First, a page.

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Fixed-income revenue fell 27 percent at the Jefferies Group in the second quarter, the firm reported Monday, sending a shiver through Wall Street that others will report weak bond-trading results.
New York’s chief overseer of financial services is moving to crack down on an industry whose power federal agencies rely on and appear to support.
Google may have pushed the boundaries of the law in its Waze deal, but the question is whether the government pushes back.
Dish Says It Won't Submit a New Offer for Sprint Ahead of Deadline - NYTimes.com dealbook.nytimes.com
Dish Network, a pay TV provider, said that because of new conditions imposed by Sprint Nextel, it would focus on acquiring a stake in Clearwire, a smaller competitor.
A federal appeals court ruled that Anthony Chiasson, the co-founder of Level Global Investors, and Todd Newman, a former portfolio manager at Diamondback Capital Management, will not have to report to prison while they fight their convictions.
Loeb's Third Point Raises Stake in Sony and Presses Split-Off Plan - NYTimes.com dealbook.nytimes.com
The activist hedge fund manager Daniel S. Loeb has raised his bet on Sony, as he continues his campaign to persuade the embattled Japanese giant into spinning off part of its entertainment arm.
Lawsuit Tries Creative Approach Against Fannie and Freddie Bailout - NYTimes.com dealbook.nytimes.com
Shareholders of Fannie Mae and Freddie Mac are relying on a constitutional argument against the government rescue of the two to try to recover money from the government, the author writes.
Kabel Deutschland said on Monday that it had received a preliminary takeover bid by John Malone’s Liberty Global, setting up a potential bidding war for the German cable operator.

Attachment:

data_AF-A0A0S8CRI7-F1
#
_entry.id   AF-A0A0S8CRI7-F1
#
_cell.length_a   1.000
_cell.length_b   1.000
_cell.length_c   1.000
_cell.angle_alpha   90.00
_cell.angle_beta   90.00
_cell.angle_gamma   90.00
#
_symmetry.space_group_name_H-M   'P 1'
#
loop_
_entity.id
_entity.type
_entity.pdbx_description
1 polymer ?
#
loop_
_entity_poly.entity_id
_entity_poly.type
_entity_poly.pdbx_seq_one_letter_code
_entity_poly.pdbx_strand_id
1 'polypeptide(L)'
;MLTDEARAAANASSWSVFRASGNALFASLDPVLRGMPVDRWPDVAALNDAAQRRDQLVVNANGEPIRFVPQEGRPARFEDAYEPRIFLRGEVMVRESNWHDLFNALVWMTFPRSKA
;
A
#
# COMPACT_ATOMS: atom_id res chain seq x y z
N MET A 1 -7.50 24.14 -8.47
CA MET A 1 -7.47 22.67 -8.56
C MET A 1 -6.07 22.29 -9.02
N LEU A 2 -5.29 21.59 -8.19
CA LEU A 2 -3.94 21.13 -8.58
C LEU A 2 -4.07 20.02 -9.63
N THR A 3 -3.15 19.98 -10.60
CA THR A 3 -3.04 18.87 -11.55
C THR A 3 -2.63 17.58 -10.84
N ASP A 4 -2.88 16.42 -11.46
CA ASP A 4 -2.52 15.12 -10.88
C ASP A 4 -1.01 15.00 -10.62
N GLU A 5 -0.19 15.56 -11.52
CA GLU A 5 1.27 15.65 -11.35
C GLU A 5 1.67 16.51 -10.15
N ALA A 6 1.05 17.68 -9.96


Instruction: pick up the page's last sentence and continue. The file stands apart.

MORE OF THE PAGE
An ambitious package of measures to combat air pollution and a summit meeting between President Obama and President Xi Jinping might have been overshadowed by Edward J. Snowden and his disclosures about the National Security Agency’s cyberactivi
Adrian Barrie Smith, who recruits housekeeping staff for the wealthy, has sued several well-known Wall Street financiers and even the comedian Jerry Seinfeld on charges of breach of contract and discrimination.
Jon Leibowitz is the latest among high-ranking government lawyers in Washington to assume a rich position in the private sector.
David Green, the director of the Serious Fraud Office, plans to revive the agency’s reputation with a criminal investigation into the rigging of the Libor.
The report of a $93 billion bid for Telefónica of Spain, which was later denied, is a sign of the problem AT&T faces: it has a lofty stock multiple, which makes mergers tempting, but it seems shut out of both domestic and foreign deals.
Benjamin M. Lawsky, New York’s superintendent of financial services, is said to be considering invoking a state law dating back to 1892 to crack down on the industry.
The Securities and Exchange Commission’s settlement with Revlon raises the question of whether the agency might start to police buyout offers from management and controlling shareholders that are rife with conflicts of interest.
Wall Street tries to guess the Federal Reserve’s direction. | Gannett is betting that owning 30 or 40 television stations is good business. | After the announcement that the head of the Royal Bank of Scotland was leaving, lawma
In the glow of television, many messages. | The stimulus comment that agitated traders. | To billionaire’s failed deal, add rebuke from S.E.C. | Trader covets Goldman office where a friend is sitting tight. |
The chief executive of Health Management Associates is planning to depart, and speculation about a possible sale has sent the company’s stock higher.
Financial institutions, including Bank of America and JPMorgan Chase, were found to have insufficient risk management and internal controls, which allowed some traders to try to alter rates.